Air pollution affects scenic and natural resources in national parks, including lakes, streams, plants, and wildlife. Poor visibility caused by air pollution can indicate that there may be other impacts occurring to resources that cannot be readily observed. Human-made pollution can injure various species of trees and other plants, acidify streams and lakes, and leach nutrients from soils. Metals, such as mercury, can bioaccumulate in the food chain, causing behavioral, neurological, and reproductive effects in fish, birds, and wildlife.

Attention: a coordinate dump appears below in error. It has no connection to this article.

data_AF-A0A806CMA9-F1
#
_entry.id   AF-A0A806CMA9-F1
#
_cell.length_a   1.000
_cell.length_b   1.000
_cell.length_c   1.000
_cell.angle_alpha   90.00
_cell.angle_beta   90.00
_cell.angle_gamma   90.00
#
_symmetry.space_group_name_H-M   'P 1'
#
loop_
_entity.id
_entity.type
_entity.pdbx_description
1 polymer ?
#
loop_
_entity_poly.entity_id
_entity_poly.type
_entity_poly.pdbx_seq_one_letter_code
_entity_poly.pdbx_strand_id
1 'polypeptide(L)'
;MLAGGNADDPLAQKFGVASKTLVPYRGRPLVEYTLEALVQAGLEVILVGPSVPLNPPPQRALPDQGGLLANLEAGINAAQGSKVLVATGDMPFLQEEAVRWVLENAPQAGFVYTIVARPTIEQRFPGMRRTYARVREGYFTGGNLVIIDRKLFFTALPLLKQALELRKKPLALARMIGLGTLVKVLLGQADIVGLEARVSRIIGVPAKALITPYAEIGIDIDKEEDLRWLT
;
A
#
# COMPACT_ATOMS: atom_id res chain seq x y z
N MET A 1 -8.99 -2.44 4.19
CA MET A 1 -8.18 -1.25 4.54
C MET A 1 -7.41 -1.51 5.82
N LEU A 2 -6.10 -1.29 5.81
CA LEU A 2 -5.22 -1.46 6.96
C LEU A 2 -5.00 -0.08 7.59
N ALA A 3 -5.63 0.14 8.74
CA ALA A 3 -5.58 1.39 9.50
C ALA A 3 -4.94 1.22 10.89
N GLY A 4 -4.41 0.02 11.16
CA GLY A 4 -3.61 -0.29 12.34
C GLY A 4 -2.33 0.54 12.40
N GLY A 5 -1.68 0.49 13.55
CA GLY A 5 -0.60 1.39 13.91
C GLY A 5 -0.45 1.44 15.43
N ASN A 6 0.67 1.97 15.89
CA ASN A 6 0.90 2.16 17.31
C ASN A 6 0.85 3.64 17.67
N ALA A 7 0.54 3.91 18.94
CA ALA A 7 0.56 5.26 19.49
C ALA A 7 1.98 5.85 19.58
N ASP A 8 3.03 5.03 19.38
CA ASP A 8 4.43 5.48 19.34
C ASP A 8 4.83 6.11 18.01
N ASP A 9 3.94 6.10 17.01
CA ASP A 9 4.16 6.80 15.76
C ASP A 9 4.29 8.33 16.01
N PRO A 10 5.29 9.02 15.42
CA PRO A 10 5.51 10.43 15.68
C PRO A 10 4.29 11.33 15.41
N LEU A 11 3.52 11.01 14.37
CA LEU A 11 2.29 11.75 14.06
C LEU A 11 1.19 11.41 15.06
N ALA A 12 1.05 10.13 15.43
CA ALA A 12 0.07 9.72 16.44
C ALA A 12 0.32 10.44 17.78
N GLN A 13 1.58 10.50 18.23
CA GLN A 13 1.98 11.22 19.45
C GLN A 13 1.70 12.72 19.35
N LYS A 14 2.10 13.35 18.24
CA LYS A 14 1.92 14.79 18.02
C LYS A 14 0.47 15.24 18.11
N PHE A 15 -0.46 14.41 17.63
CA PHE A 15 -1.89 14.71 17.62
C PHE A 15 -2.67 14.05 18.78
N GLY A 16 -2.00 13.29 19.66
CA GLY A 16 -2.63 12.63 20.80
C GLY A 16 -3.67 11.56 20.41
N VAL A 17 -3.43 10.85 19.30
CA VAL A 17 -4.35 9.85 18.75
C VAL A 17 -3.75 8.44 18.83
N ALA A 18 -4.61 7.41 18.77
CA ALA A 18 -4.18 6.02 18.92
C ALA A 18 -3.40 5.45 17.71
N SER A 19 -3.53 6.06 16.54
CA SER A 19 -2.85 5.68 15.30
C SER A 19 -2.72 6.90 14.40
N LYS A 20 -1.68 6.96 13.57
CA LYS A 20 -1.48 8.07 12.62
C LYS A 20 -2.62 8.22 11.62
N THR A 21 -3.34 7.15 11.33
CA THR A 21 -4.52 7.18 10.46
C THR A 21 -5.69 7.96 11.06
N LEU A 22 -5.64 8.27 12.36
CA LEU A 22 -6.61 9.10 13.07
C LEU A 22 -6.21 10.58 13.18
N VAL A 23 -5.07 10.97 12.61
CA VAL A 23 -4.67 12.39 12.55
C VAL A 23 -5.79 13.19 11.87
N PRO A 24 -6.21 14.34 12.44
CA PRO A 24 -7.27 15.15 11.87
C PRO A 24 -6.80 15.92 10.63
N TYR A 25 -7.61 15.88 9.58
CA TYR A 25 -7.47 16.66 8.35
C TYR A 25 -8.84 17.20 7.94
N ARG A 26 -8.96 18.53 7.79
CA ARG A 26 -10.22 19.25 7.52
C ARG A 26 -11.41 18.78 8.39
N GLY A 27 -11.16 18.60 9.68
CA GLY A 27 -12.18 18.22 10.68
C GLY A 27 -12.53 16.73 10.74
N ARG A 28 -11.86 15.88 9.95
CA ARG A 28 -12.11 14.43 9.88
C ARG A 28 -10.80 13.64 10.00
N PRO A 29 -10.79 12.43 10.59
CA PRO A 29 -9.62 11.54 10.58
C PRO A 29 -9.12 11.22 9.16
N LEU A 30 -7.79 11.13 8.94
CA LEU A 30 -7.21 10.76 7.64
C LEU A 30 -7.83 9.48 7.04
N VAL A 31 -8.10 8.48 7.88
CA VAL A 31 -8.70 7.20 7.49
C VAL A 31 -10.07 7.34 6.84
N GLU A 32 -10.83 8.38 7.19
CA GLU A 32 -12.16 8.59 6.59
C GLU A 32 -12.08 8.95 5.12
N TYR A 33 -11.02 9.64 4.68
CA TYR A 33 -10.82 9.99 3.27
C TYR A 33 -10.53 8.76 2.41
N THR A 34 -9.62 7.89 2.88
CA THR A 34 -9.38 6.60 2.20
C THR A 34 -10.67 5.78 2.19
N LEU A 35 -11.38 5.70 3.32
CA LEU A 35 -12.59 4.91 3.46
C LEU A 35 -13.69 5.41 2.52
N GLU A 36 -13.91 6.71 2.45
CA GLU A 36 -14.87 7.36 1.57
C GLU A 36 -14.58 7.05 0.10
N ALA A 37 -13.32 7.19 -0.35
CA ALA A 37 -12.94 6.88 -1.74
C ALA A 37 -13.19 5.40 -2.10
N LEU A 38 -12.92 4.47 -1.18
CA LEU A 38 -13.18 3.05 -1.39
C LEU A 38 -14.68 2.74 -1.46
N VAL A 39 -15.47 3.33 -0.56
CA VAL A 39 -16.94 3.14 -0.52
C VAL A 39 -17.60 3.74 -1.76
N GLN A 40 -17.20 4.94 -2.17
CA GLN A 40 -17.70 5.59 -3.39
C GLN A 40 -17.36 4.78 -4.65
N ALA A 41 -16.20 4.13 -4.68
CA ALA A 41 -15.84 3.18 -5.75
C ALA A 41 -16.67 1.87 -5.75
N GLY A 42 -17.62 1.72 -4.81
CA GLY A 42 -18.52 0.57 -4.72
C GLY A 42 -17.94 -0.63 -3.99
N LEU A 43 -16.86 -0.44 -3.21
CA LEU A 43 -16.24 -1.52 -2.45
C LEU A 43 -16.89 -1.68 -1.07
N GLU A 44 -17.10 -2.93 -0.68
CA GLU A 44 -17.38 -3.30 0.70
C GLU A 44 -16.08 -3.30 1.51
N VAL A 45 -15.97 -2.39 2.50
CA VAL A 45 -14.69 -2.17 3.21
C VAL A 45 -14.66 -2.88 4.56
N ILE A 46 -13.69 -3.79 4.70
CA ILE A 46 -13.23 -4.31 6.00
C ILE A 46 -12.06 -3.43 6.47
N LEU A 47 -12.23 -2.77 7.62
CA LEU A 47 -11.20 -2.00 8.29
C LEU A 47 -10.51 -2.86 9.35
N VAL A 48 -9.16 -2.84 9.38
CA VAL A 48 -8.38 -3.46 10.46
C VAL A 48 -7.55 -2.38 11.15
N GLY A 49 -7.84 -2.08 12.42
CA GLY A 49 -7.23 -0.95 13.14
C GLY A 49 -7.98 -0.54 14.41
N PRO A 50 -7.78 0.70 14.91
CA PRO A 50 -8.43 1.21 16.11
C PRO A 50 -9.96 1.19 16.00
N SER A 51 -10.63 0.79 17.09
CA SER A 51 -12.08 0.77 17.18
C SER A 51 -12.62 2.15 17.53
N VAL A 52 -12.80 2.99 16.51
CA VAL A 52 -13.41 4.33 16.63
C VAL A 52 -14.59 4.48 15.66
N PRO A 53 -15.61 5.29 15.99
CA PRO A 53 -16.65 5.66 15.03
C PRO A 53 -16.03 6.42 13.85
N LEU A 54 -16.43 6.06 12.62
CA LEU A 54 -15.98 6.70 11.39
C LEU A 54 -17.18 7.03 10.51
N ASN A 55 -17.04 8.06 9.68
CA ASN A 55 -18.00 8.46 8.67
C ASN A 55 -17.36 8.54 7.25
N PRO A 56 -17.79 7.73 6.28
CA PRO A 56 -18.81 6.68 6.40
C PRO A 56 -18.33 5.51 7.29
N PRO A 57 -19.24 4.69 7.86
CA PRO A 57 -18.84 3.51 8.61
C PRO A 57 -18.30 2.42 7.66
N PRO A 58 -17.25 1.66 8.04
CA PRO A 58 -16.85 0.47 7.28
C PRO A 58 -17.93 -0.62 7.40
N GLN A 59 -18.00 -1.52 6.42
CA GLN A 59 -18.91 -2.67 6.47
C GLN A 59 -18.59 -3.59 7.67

A number of state and federal agencies have established a network of air resources monitoring sites in and around the National Capital Region. The NCRN is utilizing these resources and utilizes assistance from the NPS Air Resources Division to monitor the air quality in and around all parks of the National Capital Region Network. Air quality parameters monitored in the NCRN include ozone levels, visibility, and atmospheric deposition of nitrogen, sulfur, and mercury. Monitoring data are used to determine compliance with the National Ambient Air Quality Standards and to assess national and regional air pollution control policies.
Last updated: September 3, 2020